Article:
Article Text

Masseter myodegeneration as a cause of trismus or dysphagia in adult horses
  1. E. G. Pearson, DVM, MS, DipACVIM1,
  2. S. P. Snyder, DVM, PhD, DipACVP2 and
  3. M. N. Saulez, BVSc, MS, MRCVS3
  1. 1Department of Clinical Sciences
  2. 2Department of Biomedical Sciences, Oregon State University, Corvallis, OR 97331, USA
  3. 3Hagyard-Davidson- McGee Associates, Medicine Facility, 4250 Iron Works Pike, Lexington, KY 40511-8412, USA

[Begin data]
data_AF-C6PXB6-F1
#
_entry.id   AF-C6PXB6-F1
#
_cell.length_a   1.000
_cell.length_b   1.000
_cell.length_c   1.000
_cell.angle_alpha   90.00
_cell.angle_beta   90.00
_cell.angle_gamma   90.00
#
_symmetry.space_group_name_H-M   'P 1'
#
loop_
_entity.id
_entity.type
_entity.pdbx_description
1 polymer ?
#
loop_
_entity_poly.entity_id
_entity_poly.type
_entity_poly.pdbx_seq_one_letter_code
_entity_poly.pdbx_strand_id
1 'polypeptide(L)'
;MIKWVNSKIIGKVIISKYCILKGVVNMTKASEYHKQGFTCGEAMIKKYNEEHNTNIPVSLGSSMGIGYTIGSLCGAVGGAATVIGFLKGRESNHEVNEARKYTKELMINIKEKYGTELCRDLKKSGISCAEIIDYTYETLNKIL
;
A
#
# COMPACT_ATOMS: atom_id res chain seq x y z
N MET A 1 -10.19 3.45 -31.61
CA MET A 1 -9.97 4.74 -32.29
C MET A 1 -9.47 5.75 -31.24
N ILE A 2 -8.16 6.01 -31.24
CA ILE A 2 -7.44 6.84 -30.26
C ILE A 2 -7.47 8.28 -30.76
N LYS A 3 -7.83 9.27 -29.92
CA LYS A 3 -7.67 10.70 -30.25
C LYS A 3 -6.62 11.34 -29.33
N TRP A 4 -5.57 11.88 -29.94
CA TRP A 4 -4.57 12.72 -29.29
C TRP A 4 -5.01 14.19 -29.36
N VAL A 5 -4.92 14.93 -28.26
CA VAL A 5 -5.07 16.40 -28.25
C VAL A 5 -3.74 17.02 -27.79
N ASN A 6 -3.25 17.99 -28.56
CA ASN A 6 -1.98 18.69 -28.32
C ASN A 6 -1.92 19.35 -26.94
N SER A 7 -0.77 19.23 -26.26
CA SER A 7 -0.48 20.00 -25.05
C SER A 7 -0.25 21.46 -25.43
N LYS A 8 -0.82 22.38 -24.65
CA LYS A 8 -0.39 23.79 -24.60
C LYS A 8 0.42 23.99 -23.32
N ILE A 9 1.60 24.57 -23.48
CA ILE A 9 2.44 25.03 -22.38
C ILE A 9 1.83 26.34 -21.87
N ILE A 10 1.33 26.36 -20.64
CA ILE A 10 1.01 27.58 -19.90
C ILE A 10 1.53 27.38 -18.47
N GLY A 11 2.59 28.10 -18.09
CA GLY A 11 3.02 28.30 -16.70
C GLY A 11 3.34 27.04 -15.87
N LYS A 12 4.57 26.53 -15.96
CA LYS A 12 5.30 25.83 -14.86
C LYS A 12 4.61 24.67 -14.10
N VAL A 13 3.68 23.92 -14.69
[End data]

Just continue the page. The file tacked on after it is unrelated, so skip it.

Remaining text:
The medical records of eight horses with histological evidence of myodegeneration of the masseter muscles were examined. While they were alive their most common clinical signs had included difficulty in eating or opening their mouths, weight loss, difficulty in moving, and noticeable atrophy of the masseter muscles. The serum activities of muscle enzymes were abnormally high in all of the horses. Whole blood and/or liver selenium and vitamin E concentrations were less than the reference ranges in some of the horses. The lesions varied with the stage of the disease and consisted of swelling and discoloration, or muscle atrophy and fibrosis. Histologically, the muscle changes ranged from acute to subacute degeneration, with regenerative changes accompanying ongoing degeneration, to chronic degeneration with fibrotic replacement of muscle tissue. There were changes in the masseter muscle of all the horses, but some had widespread lesions in skeletal muscle, and a few also had myocardial lesions.

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